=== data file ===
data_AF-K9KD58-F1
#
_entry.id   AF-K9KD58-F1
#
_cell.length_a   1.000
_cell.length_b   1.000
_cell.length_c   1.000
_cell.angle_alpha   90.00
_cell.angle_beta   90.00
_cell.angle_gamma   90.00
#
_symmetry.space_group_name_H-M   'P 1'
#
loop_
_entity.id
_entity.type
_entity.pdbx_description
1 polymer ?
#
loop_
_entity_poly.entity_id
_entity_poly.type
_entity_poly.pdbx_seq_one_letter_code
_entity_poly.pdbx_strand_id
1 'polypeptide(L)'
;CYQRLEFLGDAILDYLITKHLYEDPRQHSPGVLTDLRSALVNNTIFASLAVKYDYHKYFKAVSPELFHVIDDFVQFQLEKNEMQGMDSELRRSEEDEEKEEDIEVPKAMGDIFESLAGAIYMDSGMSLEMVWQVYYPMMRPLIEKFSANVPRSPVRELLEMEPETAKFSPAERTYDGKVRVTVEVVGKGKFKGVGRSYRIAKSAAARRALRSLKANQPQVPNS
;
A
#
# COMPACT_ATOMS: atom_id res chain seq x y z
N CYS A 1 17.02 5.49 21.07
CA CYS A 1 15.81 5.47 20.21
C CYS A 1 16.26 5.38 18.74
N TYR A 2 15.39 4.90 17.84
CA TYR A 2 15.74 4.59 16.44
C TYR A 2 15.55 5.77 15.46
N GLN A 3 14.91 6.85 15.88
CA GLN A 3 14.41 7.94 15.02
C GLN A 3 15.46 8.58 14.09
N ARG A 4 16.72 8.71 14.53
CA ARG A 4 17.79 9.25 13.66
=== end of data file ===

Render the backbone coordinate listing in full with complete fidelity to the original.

data_AF-K9KD58-F1
#
_entry.id   AF-K9KD58-F1
#
_cell.length_a   1.000
_cell.length_b   1.000
_cell.length_c   1.000
_cell.angle_alpha   90.00
_cell.angle_beta   90.00
_cell.angle_gamma   90.00
#
_symmetry.space_group_name_H-M   'P 1'
#
loop_
_entity.id
_entity.type
_entity.pdbx_description
1 polymer ?
#
loop_
_entity_poly.entity_id
_entity_poly.type
_entity_poly.pdbx_seq_one_letter_code
_entity_poly.pdbx_strand_id
1 'polypeptide(L)'
;CYQRLEFLGDAILDYLITKHLYEDPRQHSPGVLTDLRSALVNNTIFASLAVKYDYHKYFKAVSPELFHVIDDFVQFQLEKNEMQGMDSELRRSEEDEEKEEDIEVPKAMGDIFESLAGAIYMDSGMSLEMVWQVYYPMMRPLIEKFSANVPRSPVRELLEMEPETAKFSPAERTYDGKVRVTVEVVGKGKFKGVGRSYRIAKSAAARRALRSLKANQPQVPNS
;
A
#
# COMPACT_ATOMS: atom_id res chain seq x y z
N CYS A 1 17.02 5.49 21.07
CA CYS A 1 15.81 5.47 20.21
C CYS A 1 16.26 5.38 18.74
N TYR A 2 15.39 4.90 17.84
CA TYR A 2 15.74 4.59 16.44
C TYR A 2 15.55 5.77 15.46
N GLN A 3 14.91 6.85 15.88
CA GLN A 3 14.41 7.94 15.02
C GLN A 3 15.46 8.58 14.09
N ARG A 4 16.72 8.71 14.53
CA ARG A 4 17.79 9.25 13.66